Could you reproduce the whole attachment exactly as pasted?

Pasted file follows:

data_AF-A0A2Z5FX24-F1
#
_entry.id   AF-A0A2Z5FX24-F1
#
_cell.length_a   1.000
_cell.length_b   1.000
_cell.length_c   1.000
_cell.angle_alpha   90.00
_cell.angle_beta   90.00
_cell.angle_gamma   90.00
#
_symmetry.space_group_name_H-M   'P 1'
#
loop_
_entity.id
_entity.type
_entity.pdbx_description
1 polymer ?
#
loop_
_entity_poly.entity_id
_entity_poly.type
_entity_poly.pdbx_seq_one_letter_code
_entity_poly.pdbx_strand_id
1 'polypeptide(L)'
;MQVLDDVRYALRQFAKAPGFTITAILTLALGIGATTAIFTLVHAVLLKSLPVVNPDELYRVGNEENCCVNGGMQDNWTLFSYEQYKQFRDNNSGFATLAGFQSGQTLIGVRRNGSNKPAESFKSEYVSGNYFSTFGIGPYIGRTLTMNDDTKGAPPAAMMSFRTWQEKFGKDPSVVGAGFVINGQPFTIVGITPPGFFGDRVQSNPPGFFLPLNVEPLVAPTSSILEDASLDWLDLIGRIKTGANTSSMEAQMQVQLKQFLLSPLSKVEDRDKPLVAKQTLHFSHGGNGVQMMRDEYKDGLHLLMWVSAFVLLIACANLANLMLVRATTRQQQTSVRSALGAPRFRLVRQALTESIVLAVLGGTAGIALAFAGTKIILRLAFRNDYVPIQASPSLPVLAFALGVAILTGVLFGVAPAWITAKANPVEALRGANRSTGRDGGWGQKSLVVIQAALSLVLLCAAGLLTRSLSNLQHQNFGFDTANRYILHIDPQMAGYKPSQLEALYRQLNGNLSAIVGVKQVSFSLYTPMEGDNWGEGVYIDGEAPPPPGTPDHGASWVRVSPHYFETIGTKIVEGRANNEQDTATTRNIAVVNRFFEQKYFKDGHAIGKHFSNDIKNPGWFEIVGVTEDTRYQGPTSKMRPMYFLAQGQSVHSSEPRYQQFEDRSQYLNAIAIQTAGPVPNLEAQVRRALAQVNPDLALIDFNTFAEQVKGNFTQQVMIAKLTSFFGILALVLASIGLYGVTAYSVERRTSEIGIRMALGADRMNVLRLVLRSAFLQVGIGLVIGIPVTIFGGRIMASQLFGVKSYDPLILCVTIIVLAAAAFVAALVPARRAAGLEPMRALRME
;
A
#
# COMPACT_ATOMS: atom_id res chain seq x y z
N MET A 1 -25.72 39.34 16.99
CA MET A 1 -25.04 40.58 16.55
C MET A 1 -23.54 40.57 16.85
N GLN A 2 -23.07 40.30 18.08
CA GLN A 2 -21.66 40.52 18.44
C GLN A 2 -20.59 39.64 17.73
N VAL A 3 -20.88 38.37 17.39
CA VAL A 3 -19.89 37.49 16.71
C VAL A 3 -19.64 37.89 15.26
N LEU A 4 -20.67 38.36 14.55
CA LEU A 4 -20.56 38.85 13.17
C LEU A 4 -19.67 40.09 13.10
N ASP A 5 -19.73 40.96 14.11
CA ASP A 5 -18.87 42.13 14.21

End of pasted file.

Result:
data_AF-A0A2Z5FX24-F1
#
_entry.id   AF-A0A2Z5FX24-F1
#
_cell.length_a   1.000
_cell.length_b   1.000
_cell.length_c   1.000
_cell.angle_alpha   90.00
_cell.angle_beta   90.00
_cell.angle_gamma   90.00
#
_symmetry.space_group_name_H-M   'P 1'
#
loop_
_entity.id
_entity.type
_entity.pdbx_description
1 polymer ?
#
loop_
_entity_poly.entity_id
_entity_poly.type
_entity_poly.pdbx_seq_one_letter_code
_entity_poly.pdbx_strand_id
1 'polypeptide(L)'
;MQVLDDVRYALRQFAKAPGFTITAILTLALGIGATTAIFTLVHAVLLKSLPVVNPDELYRVGNEENCCVNGGMQDNWTLFSYEQYKQFRDNNSGFATLAGFQSGQTLIGVRRNGSNKPAESFKSEYVSGNYFSTFGIGPYIGRTLTMNDDTKGAPPAAMMSFRTWQEKFGKDPSVVGAGFVINGQPFTIVGITPPGFFGDRVQSNPPGFFLPLNVEPLVAPTSSILEDASLDWLDLIGRIKTGANTSSMEAQMQVQLKQFLLSPLSKVEDRDKPLVAKQTLHFSHGGNGVQMMRDEYKDGLHLLMWVSAFVLLIACANLANLMLVRATTRQQQTSVRSALGAPRFRLVRQALTESIVLAVLGGTAGIALAFAGTKIILRLAFRNDYVPIQASPSLPVLAFALGVAILTGVLFGVAPAWITAKANPVEALRGANRSTGRDGGWGQKSLVVIQAALSLVLLCAAGLLTRSLSNLQHQNFGFDTANRYILHIDPQMAGYKPSQLEALYRQLNGNLSAIVGVKQVSFSLYTPMEGDNWGEGVYIDGEAPPPPGTPDHGASWVRVSPHYFETIGTKIVEGRANNEQDTATTRNIAVVNRFFEQKYFKDGHAIGKHFSNDIKNPGWFEIVGVTEDTRYQGPTSKMRPMYFLAQGQSVHSSEPRYQQFEDRSQYLNAIAIQTAGPVPNLEAQVRRALAQVNPDLALIDFNTFAEQVKGNFTQQVMIAKLTSFFGILALVLASIGLYGVTAYSVERRTSEIGIRMALGADRMNVLRLVLRSAFLQVGIGLVIGIPVTIFGGRIMASQLFGVKSYDPLILCVTIIVLAAAAFVAALVPARRAAGLEPMRALRME
;
A
#
# COMPACT_ATOMS: atom_id res chain seq x y z
N MET A 1 -25.72 39.34 16.99
CA MET A 1 -25.04 40.58 16.55
C MET A 1 -23.54 40.57 16.85
N GLN A 2 -23.07 40.30 18.08
CA GLN A 2 -21.66 40.52 18.44
C GLN A 2 -20.59 39.64 17.73
N VAL A 3 -20.88 38.37 17.39
CA VAL A 3 -19.89 37.49 16.71
C VAL A 3 -19.64 37.89 15.26
N LEU A 4 -20.67 38.36 14.55
CA LEU A 4 -20.56 38.85 13.17
C LEU A 4 -19.67 40.09 13.10
N ASP A 5 -19.73 40.96 14.11
CA ASP A 5 -18.87 42.13 14.21